The third of the three stories is by far the best with the deepest and most thought-provoking storyline and character arcs. It has spiritual depth and a valid point to make. It avoids profanity, stereotypes, and inflammatory words. The writer, Phanésia Pharel, brilliantly blends history, spirituality, and creativity in a way that emotionally moves the audience, unites people from different walks of life, and entertains. While the story is fictional, it is rooted in true Ridgefield history, history that sadly, many of us in Ridgefield may not have known about. Led by Tenisi Davis and Nedra Snipes as historic married couple Uncle Ned and Aunt Betsey Armstrong, respectively, the acting of this entire cast is phenomenal and even features acapella singing by Nedra Snipes who has an amazing singing voice that resonates heartfelt emotion. The stage chemistry and dynamics between Tenisi Davis and Nedra Snipes is believable and moving. Their facial expressions and mannerisms are authentic and draw the audience in to their feelings.

To provide some historical background to anyone who is not familiar with Ned and Betsey Armstrong, a very important part of Ridgefield history is that Ridgefield had a station on the Underground Railroad. Ned and Betsey Armstrong helped shelter runaway slaves as the operators of this station in a Ridgefield location that today is still known as Ned's Mountain. While, to their credit, they did an excellent job keeping their operation secret from those who would have tried to shut it down, it unfortunately also remained largely secret from historians. It is unclear, historically, whether the Armstrongs ever technically owned the land, but what is clear is that the land is not presently owned by any of their descendants, nor is it being preserved as a historical sight. As of today, August 28, 2021, it is presently on the market.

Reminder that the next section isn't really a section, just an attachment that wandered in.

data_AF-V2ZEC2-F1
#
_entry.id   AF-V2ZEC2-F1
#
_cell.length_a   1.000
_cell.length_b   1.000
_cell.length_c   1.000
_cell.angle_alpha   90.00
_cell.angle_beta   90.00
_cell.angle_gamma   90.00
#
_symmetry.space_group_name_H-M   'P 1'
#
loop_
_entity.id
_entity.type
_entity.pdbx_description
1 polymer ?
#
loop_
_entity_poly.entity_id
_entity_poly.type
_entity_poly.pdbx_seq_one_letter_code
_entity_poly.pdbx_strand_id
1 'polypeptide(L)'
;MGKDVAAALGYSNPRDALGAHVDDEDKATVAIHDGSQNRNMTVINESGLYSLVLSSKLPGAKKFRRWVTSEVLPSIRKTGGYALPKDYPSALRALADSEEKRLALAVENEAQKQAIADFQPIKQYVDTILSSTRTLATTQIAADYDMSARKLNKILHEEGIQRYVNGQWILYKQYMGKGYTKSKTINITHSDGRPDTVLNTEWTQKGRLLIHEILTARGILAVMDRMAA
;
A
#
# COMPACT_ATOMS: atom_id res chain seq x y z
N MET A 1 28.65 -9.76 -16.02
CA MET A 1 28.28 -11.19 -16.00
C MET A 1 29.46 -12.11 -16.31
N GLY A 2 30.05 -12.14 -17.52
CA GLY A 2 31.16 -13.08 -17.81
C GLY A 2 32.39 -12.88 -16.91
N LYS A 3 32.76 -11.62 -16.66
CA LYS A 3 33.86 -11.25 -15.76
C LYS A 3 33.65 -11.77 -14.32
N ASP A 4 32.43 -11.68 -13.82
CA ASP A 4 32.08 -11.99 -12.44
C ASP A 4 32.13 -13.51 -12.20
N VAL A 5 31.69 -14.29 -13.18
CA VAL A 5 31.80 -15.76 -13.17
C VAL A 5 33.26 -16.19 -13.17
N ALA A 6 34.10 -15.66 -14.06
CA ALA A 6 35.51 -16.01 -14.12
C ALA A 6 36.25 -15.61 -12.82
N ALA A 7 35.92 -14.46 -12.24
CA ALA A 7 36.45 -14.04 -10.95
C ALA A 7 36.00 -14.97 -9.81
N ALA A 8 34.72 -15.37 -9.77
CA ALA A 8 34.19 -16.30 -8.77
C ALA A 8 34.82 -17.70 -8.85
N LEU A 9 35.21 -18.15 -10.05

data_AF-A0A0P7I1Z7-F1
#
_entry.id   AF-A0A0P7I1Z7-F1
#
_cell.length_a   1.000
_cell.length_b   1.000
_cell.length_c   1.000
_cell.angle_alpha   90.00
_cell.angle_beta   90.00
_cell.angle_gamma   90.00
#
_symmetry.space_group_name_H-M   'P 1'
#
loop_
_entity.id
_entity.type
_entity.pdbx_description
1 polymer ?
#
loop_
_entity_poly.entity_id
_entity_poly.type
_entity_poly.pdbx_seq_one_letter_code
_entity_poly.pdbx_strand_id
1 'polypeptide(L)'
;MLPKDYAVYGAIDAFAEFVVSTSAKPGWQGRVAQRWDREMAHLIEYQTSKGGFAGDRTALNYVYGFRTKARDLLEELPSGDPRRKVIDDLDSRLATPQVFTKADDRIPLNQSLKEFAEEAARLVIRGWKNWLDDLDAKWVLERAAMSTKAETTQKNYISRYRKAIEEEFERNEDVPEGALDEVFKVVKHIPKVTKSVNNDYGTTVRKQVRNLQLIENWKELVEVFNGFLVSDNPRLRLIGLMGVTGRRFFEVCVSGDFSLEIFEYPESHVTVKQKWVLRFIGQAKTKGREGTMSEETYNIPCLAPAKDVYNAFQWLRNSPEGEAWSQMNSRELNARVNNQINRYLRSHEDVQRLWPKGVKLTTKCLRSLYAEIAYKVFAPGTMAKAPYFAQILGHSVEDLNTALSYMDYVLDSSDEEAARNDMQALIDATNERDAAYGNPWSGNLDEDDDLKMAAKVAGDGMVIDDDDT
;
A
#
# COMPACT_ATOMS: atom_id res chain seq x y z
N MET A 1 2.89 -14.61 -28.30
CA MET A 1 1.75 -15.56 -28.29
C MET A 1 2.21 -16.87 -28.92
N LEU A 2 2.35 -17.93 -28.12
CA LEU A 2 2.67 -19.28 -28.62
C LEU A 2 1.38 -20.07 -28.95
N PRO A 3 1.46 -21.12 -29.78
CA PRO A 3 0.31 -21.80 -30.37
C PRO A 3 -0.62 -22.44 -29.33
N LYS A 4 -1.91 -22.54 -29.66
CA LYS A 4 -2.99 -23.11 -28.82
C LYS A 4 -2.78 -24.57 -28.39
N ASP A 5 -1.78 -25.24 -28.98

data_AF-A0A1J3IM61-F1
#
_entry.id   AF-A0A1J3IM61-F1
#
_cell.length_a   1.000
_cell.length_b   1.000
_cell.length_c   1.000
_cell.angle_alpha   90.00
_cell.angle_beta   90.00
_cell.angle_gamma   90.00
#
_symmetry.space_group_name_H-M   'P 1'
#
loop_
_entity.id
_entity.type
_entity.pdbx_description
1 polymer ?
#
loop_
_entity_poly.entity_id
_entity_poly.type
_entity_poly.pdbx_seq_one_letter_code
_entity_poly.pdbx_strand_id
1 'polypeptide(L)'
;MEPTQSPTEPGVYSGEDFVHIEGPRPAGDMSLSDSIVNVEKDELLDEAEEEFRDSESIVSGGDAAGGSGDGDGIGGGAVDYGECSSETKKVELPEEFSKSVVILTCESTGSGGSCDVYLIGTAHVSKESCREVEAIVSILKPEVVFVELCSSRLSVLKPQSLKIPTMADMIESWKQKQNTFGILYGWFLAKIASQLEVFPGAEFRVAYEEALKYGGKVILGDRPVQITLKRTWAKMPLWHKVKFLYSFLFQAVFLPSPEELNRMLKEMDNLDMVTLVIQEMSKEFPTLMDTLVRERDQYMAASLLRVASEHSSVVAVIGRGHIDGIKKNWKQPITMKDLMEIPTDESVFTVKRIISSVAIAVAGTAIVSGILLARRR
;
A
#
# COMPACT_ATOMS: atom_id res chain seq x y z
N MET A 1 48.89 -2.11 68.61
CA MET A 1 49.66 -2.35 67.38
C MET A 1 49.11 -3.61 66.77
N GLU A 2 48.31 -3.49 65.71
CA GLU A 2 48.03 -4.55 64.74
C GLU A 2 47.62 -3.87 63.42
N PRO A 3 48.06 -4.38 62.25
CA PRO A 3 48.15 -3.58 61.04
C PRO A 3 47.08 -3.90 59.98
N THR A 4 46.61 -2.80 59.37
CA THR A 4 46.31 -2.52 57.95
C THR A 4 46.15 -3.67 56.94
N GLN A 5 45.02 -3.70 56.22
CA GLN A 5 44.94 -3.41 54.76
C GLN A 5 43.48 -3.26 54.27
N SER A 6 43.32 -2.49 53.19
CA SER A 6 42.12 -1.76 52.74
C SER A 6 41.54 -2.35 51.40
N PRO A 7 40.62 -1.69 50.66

The story is set in Ridgefield, in the modern day. Marem, the head of the zoning board, is wonderfully portrayed by Will Jeffries who shows in this third story what a highly talented actor he is, when performing a well written role. Marem is visited by the resurrected lives of Ned and Betsey, who don't understand how or why they are suddenly alive, again, but accept that "God makes no mistakes." Marem is excited by the potential money that could come from the sale of Ned's Mountain, but Ned insists that the land should be preserved in the historical context that it once existed, or at least maintain historical integrity in the context of being used to benefit people in need, today. Marem, however, is more interested in the money. Ned, a Christian preacher, warns Marem of the spiritual implications of Marem's backwards attitude of wanting to constantly gain wealth. Ned's words are likely influenced by the Biblical passage found in Luke 12:16-21, but they neither directly reference it nor quote it verbatim.